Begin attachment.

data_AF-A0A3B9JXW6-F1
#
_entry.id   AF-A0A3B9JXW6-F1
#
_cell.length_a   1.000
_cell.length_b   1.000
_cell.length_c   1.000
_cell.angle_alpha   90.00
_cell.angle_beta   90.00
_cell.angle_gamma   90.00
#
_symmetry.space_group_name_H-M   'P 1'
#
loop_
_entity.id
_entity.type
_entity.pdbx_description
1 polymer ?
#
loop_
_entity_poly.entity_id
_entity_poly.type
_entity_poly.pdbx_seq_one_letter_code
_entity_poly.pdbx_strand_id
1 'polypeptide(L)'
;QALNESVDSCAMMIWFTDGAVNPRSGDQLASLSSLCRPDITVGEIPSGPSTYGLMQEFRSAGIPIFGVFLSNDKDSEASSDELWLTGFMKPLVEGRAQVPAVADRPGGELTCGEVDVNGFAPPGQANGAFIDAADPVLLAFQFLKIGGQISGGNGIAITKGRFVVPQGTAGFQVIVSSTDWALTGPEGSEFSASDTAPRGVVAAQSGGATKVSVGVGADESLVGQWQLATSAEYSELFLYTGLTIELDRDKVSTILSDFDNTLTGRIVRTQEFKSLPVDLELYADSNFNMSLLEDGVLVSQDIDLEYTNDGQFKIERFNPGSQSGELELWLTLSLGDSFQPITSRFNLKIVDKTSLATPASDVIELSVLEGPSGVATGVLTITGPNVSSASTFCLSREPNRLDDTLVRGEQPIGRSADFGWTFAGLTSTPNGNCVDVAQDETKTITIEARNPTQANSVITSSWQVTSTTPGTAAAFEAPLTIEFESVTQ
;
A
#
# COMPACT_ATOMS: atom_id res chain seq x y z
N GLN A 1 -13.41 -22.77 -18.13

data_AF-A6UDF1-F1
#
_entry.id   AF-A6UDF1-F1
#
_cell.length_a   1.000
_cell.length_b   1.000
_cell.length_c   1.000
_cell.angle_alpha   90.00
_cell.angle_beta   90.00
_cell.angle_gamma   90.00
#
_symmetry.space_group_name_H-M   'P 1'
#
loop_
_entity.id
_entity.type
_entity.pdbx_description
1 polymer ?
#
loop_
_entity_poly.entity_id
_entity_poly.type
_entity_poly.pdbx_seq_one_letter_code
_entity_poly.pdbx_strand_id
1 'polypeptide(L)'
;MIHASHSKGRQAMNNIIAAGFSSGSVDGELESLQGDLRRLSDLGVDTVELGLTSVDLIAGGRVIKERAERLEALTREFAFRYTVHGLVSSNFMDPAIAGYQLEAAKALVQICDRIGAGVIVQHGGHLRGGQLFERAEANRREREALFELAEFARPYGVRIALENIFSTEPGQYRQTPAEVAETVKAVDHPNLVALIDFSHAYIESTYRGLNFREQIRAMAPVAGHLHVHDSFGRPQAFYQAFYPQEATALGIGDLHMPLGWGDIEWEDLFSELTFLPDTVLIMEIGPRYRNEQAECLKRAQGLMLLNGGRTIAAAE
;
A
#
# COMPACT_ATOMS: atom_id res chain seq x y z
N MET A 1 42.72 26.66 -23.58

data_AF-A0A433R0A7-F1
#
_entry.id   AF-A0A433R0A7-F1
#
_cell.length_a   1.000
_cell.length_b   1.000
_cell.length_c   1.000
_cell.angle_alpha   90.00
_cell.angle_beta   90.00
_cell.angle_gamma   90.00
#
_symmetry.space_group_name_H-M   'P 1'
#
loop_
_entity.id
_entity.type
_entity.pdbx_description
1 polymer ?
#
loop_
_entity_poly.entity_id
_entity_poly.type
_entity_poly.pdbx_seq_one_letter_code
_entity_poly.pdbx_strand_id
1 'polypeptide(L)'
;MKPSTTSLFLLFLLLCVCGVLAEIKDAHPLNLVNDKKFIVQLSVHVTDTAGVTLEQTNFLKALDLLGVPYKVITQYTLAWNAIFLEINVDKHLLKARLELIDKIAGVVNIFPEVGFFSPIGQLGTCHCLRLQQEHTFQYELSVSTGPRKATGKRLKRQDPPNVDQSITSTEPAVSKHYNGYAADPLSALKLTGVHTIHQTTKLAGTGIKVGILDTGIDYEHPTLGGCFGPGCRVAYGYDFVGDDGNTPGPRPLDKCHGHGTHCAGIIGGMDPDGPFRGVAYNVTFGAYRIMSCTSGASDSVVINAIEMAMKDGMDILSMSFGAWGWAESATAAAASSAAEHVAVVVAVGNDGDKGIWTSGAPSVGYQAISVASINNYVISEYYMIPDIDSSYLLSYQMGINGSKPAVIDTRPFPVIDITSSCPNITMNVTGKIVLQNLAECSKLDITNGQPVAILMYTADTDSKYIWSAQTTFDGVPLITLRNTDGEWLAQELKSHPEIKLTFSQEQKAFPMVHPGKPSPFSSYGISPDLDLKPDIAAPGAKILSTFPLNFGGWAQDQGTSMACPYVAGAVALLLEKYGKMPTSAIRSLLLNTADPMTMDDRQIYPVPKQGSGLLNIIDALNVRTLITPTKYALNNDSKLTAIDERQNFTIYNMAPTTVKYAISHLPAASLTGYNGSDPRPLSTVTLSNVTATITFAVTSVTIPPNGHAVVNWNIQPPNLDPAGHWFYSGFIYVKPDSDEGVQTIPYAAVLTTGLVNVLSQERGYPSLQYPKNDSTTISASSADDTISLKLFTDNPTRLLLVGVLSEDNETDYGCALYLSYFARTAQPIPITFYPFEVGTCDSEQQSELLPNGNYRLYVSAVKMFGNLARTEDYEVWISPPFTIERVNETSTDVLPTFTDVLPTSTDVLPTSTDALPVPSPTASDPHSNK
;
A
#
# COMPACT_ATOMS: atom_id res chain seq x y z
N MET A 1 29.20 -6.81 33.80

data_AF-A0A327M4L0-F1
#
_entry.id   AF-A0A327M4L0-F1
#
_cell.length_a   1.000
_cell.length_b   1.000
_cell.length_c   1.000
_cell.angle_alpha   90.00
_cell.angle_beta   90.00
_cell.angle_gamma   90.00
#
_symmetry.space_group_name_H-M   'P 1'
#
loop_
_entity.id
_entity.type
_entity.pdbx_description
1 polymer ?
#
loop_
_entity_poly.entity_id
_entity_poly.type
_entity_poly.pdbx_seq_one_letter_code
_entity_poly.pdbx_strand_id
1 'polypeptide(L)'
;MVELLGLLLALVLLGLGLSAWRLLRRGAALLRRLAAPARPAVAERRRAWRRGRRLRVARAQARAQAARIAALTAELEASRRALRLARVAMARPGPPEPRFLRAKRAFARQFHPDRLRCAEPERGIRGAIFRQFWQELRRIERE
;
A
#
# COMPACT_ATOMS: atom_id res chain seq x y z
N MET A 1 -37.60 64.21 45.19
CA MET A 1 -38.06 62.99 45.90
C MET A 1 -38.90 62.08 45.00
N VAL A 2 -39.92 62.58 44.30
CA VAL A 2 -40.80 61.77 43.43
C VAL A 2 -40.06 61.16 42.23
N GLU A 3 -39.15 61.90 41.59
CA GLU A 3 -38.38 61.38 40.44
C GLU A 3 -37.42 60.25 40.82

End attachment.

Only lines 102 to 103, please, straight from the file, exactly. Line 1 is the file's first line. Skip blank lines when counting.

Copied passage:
_cell.angle_beta   90.00
_cell.angle_gamma   90.00